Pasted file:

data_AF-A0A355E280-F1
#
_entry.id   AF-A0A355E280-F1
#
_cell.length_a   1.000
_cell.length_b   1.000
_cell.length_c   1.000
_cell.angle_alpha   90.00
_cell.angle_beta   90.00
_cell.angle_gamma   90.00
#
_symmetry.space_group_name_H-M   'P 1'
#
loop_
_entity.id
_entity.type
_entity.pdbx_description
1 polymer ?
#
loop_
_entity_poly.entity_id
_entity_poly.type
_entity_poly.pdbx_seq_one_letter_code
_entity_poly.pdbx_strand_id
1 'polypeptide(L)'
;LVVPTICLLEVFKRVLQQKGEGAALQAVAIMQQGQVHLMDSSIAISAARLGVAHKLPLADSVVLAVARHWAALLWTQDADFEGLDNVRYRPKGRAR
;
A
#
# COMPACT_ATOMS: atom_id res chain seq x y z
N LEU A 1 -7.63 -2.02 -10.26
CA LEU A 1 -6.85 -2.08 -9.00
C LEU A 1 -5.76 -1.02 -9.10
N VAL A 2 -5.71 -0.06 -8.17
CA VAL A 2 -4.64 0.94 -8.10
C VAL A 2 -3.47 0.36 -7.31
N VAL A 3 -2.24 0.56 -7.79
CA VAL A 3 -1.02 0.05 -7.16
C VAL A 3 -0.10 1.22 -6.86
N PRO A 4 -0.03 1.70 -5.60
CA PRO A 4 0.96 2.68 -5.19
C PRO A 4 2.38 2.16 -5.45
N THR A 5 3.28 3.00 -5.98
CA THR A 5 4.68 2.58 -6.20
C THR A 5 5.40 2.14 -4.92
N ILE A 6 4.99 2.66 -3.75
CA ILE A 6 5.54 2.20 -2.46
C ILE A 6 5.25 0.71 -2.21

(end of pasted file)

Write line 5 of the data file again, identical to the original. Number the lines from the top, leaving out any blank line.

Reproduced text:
_cell.length_a   1.000